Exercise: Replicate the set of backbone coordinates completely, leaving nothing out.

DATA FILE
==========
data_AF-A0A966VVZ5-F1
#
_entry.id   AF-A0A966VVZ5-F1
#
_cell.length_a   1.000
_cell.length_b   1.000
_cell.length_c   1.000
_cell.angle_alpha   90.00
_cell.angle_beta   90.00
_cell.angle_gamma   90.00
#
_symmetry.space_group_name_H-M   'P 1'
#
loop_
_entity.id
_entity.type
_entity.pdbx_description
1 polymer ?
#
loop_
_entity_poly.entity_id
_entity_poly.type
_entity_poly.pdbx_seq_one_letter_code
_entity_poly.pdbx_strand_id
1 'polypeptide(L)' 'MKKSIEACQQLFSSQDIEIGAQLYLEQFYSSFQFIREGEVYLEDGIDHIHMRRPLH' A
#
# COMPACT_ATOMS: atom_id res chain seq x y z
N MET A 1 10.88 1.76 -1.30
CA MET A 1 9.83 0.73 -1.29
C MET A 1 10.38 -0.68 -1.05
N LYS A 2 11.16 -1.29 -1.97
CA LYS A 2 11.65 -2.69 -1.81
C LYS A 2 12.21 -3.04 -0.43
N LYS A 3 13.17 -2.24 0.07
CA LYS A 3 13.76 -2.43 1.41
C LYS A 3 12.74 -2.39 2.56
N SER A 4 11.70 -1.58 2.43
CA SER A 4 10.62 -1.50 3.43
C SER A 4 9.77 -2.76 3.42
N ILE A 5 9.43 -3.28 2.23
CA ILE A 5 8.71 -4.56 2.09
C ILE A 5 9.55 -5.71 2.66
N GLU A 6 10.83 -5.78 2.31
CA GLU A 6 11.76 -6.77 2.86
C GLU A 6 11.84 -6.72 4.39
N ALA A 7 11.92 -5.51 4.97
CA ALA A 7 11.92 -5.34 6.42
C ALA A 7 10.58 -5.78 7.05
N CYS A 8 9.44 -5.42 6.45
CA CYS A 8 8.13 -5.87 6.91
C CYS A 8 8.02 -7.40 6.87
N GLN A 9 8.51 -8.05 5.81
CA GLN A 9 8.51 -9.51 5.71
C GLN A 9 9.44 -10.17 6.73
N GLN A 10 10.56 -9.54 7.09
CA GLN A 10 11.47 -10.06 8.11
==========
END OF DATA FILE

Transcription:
data_AF-A0A966VVZ5-F1
#
_entry.id   AF-A0A966VVZ5-F1
#
_cell.length_a   1.000
_cell.length_b   1.000
_cell.length_c   1.000
_cell.angle_alpha   90.00
_cell.angle_beta   90.00
_cell.angle_gamma   90.00
#
_symmetry.space_group_name_H-M   'P 1'
#
loop_
_entity.id
_entity.type
_entity.pdbx_description
1 polymer ?
#
loop_
_entity_poly.entity_id
_entity_poly.type
_entity_poly.pdbx_seq_one_letter_code
_entity_poly.pdbx_strand_id
1 'polypeptide(L)' 'MKKSIEACQQLFSSQDIEIGAQLYLEQFYSSFQFIREGEVYLEDGIDHIHMRRPLH' A
#
# COMPACT_ATOMS: atom_id res chain seq x y z
N MET A 1 10.88 1.76 -1.30
CA MET A 1 9.83 0.73 -1.29
C MET A 1 10.38 -0.68 -1.05
N LYS A 2 11.16 -1.29 -1.97
CA LYS A 2 11.65 -2.69 -1.81
C LYS A 2 12.21 -3.04 -0.43
N LYS A 3 13.17 -2.24 0.07
CA LYS A 3 13.76 -2.43 1.41
C LYS A 3 12.74 -2.39 2.56
N SER A 4 11.70 -1.58 2.43
CA SER A 4 10.62 -1.50 3.43
C SER A 4 9.77 -2.76 3.42
N ILE A 5 9.43 -3.28 2.23
CA ILE A 5 8.71 -4.56 2.09
C ILE A 5 9.55 -5.71 2.66
N GLU A 6 10.83 -5.78 2.31
CA GLU A 6 11.76 -6.77 2.86
C GLU A 6 11.84 -6.72 4.39
N ALA A 7 11.92 -5.51 4.97
CA ALA A 7 11.92 -5.34 6.42
C ALA A 7 10.58 -5.78 7.05
N CYS A 8 9.44 -5.42 6.45
CA CYS A 8 8.13 -5.87 6.91
C CYS A 8 8.02 -7.40 6.87
N GLN A 9 8.51 -8.05 5.81
CA GLN A 9 8.51 -9.51 5.71
C GLN A 9 9.44 -10.17 6.73
N GLN A 10 10.56 -9.54 7.09
CA GLN A 10 11.47 -10.06 8.11